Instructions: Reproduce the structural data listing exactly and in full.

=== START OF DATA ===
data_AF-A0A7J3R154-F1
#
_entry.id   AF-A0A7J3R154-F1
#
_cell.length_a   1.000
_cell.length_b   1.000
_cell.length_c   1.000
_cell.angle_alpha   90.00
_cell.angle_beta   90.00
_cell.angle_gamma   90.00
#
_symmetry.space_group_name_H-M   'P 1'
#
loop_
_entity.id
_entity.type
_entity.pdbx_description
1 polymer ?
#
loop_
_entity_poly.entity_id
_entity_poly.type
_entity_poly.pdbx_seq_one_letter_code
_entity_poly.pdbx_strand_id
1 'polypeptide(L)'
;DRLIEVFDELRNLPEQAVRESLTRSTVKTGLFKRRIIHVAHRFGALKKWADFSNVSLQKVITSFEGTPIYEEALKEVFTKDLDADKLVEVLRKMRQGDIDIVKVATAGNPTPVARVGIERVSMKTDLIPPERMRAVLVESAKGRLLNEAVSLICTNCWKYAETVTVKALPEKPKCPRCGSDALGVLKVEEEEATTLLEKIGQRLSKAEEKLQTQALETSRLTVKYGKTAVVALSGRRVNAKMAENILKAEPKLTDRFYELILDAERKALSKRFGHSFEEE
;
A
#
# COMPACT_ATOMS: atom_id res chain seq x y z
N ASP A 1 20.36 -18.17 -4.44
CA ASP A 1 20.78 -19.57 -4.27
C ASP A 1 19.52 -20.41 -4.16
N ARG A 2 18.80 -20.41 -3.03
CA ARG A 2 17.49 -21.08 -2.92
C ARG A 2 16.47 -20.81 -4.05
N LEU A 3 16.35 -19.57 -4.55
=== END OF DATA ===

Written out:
data_AF-A0A7J3R154-F1
#
_entry.id   AF-A0A7J3R154-F1
#
_cell.length_a   1.000
_cell.length_b   1.000
_cell.length_c   1.000
_cell.angle_alpha   90.00
_cell.angle_beta   90.00
_cell.angle_gamma   90.00
#
_symmetry.space_group_name_H-M   'P 1'
#
loop_
_entity.id
_entity.type
_entity.pdbx_description
1 polymer ?
#
loop_
_entity_poly.entity_id
_entity_poly.type
_entity_poly.pdbx_seq_one_letter_code
_entity_poly.pdbx_strand_id
1 'polypeptide(L)'
;DRLIEVFDELRNLPEQAVRESLTRSTVKTGLFKRRIIHVAHRFGALKKWADFSNVSLQKVITSFEGTPIYEEALKEVFTKDLDADKLVEVLRKMRQGDIDIVKVATAGNPTPVARVGIERVSMKTDLIPPERMRAVLVESAKGRLLNEAVSLICTNCWKYAETVTVKALPEKPKCPRCGSDALGVLKVEEEEATTLLEKIGQRLSKAEEKLQTQALETSRLTVKYGKTAVVALSGRRVNAKMAENILKAEPKLTDRFYELILDAERKALSKRFGHSFEEE
;
A
#
# COMPACT_ATOMS: atom_id res chain seq x y z
N ASP A 1 20.36 -18.17 -4.44
CA ASP A 1 20.78 -19.57 -4.27
C ASP A 1 19.52 -20.41 -4.16
N ARG A 2 18.80 -20.41 -3.03
CA ARG A 2 17.49 -21.08 -2.92
C ARG A 2 16.47 -20.81 -4.05
N LEU A 3 16.35 -19.57 -4.55